Solid: This type of cats comes in a plethora of colors, including white, black, red, cream and blue. Solid white Maine coons are quite rare, making up only about 1.5% of the breed.

Bi-color: Bi-color Maine coons sport two distinct colors, with white always being one of the colors. The most typical bi-color combinations are white and black, white and red and white and cream.

Particolor: Particolor Maine coons have more than two colors in their coat, with white always one of the colors. The most common particolors are calico (white, black and orange) and tortie (white, red and black).

Tabby: Tabby Maine coons have a striped or patterned coat. The most common tabby patterns are classic, macherel and spotted.

Shaded and Smoke: Shaded and smoke Maine coons have a lighter coat color with darker tipping on the fur. Shaded cats have tipping on their legs, tail and head, while smoke cats have tipping all over their body.

By Coat Pattern

Solid: As mentioned above, solid Maine Coons have a coat of one uniform color.

Classic Tabby: Classic tabby cats have a marbled pattern with swirls and bull’s-eyes on their sides.

Mackerel Tabby: Mackerel tabby cats have vertical stripes down their sides and body.

Spotted Tabby: Spotted tabby cats have spots on their sides and body, often with mackerel tabby stripes on their legs and tail.

Bi-color: Bi-color cats have two distinct colors, with white always being one of the colors.

Calico: Calico cats are tricolored, with white, black, and orange patches.

Tortoiseshell: Tortoiseshell cats are also tricolored, but with red and black patches instead of orange.

Van: Van cats have white markings on their face, chest, and legs, with any other color on the rest of their body.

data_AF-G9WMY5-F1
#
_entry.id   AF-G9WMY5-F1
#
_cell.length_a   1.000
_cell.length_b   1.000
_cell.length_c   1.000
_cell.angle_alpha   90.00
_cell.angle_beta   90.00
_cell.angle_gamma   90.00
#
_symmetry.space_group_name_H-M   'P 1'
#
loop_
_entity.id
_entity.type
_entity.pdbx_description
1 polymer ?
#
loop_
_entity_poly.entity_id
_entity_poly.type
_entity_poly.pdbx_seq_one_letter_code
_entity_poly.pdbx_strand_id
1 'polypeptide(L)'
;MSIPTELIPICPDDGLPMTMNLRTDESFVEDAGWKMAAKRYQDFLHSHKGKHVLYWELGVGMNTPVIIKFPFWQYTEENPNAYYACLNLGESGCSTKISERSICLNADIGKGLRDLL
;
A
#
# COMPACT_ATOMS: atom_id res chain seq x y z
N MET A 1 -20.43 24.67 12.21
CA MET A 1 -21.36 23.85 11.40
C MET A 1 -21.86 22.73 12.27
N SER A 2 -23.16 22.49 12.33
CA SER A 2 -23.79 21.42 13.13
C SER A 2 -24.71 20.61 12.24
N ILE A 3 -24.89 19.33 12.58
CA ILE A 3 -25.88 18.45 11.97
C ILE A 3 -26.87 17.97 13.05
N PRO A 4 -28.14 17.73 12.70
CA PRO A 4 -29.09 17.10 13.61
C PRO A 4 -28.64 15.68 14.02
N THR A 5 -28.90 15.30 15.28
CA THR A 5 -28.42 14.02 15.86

Harlequin: Harlequin cats are bi-colored, with large patches of color on one side of their body and white on the other side.

Maine Coon Anatomy

Color(s) Wide variety, including solid, bi-color, tabby, calico, and many more
Claws Retractable, semi-translucent, typically white or cream
MouthPink gums with sharp canine teeth
JawStrong and well-developed
Teeth42 permanent teeth, including incisors, canines, premolars, and molars
NoseBrick red or pink, with a smooth, leathery texture
FeetLarge and round, with tufted toes for better traction in snow
Skeleton Similar to other cats, with a flexible spine and well-developed bones

Reproduction and Life Cycles


Even as Maine coon size captures our fascination, their reproduction and life cycles are brimming with equally intriguing tales yet to be told.

Mating System

Maine coons are typified as polygamous, that is, both males and females can mate with multiple partners over the span of a breeding season.

Reproductive Biology

Like most domestic cats, Maine coons are seasonal breeders. Their breeding season generally takes place in late winter or early spring – around February to April.  They feature altricial parental care, implying the mother cat offers the primary care for the kittens until they’re weaned and independent. Maine coon’s litter size is 2 to 6 kittens, with an average of 4.

Gestation Period

The gestation period for the Maine coon is approximately 63 to 68 days, which is similar to other domestic cat breeds.

Life Cycle Stages

  • Kitten-hood: The Maine coon kittens are born blind and deaf and rely entirely on their mother for milk and care. They open their eyes around 7 to 10 days old and begin weaning from milk about 4 to 6 weeks old. They touch sexual maturity around 6 to 9 months old.
  • Adulthood: These gentle giants continue to grow and develop until they reach around 3 to 5 years old, which is when they attain their full size.

When it comes to the Maine coon lifespan, they can live up to 12 to 15 years, albeit some cats can live even longer with proper cate.

Mating Habits

Mating Behavior Polyestrous
Reproduction Season Primarily spring (April and May)
Litter Size 1 to 5 kittens, with an average of 4